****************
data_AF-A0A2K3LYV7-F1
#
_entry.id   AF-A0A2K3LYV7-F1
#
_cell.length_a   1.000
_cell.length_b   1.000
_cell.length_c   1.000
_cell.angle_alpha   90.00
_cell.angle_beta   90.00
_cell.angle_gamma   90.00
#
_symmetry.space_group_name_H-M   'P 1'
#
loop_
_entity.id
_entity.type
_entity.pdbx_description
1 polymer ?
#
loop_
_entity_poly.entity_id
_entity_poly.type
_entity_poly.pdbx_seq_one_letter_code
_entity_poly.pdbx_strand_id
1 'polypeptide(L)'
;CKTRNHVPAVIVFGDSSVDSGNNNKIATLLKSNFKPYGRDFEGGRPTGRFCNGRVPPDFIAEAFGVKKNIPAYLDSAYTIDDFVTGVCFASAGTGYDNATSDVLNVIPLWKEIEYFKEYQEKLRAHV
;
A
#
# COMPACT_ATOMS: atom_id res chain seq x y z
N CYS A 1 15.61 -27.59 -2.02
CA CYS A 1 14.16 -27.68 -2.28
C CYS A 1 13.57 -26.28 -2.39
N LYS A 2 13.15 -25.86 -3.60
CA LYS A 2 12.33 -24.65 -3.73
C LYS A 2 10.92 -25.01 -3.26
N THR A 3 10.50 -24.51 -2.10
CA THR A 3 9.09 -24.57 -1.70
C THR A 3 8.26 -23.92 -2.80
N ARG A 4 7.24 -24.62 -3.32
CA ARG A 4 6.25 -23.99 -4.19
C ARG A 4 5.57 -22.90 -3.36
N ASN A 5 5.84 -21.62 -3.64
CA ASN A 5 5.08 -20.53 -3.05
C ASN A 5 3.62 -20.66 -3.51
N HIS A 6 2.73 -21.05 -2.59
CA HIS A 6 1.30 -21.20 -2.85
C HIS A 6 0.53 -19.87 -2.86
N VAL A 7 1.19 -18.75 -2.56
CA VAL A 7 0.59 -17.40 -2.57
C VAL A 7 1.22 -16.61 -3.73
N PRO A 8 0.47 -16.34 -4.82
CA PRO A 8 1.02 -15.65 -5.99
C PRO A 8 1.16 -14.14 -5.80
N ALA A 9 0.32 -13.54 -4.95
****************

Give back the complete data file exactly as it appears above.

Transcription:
data_AF-A0A2K3LYV7-F1
#
_entry.id   AF-A0A2K3LYV7-F1
#
_cell.length_a   1.000
_cell.length_b   1.000
_cell.length_c   1.000
_cell.angle_alpha   90.00
_cell.angle_beta   90.00
_cell.angle_gamma   90.00
#
_symmetry.space_group_name_H-M   'P 1'
#
loop_
_entity.id
_entity.type
_entity.pdbx_description
1 polymer ?
#
loop_
_entity_poly.entity_id
_entity_poly.type
_entity_poly.pdbx_seq_one_letter_code
_entity_poly.pdbx_strand_id
1 'polypeptide(L)'
;CKTRNHVPAVIVFGDSSVDSGNNNKIATLLKSNFKPYGRDFEGGRPTGRFCNGRVPPDFIAEAFGVKKNIPAYLDSAYTIDDFVTGVCFASAGTGYDNATSDVLNVIPLWKEIEYFKEYQEKLRAHV
;
A
#
# COMPACT_ATOMS: atom_id res chain seq x y z
N CYS A 1 15.61 -27.59 -2.02
CA CYS A 1 14.16 -27.68 -2.28
C CYS A 1 13.57 -26.28 -2.39
N LYS A 2 13.15 -25.86 -3.60
CA LYS A 2 12.33 -24.65 -3.73
C LYS A 2 10.92 -25.01 -3.26
N THR A 3 10.50 -24.51 -2.10
CA THR A 3 9.09 -24.57 -1.70
C THR A 3 8.26 -23.92 -2.80
N ARG A 4 7.24 -24.62 -3.32
CA ARG A 4 6.25 -23.99 -4.19
C ARG A 4 5.57 -22.90 -3.36
N ASN A 5 5.84 -21.62 -3.64
CA ASN A 5 5.08 -20.53 -3.05
C ASN A 5 3.62 -20.66 -3.51
N HIS A 6 2.73 -21.05 -2.59
CA HIS A 6 1.30 -21.20 -2.85
C HIS A 6 0.53 -19.87 -2.86
N VAL A 7 1.19 -18.75 -2.56
CA VAL A 7 0.59 -17.40 -2.57
C VAL A 7 1.22 -16.61 -3.73
N PRO A 8 0.47 -16.34 -4.82
CA PRO A 8 1.02 -15.65 -5.99
C PRO A 8 1.16 -14.14 -5.80
N ALA A 9 0.32 -13.54 -4.95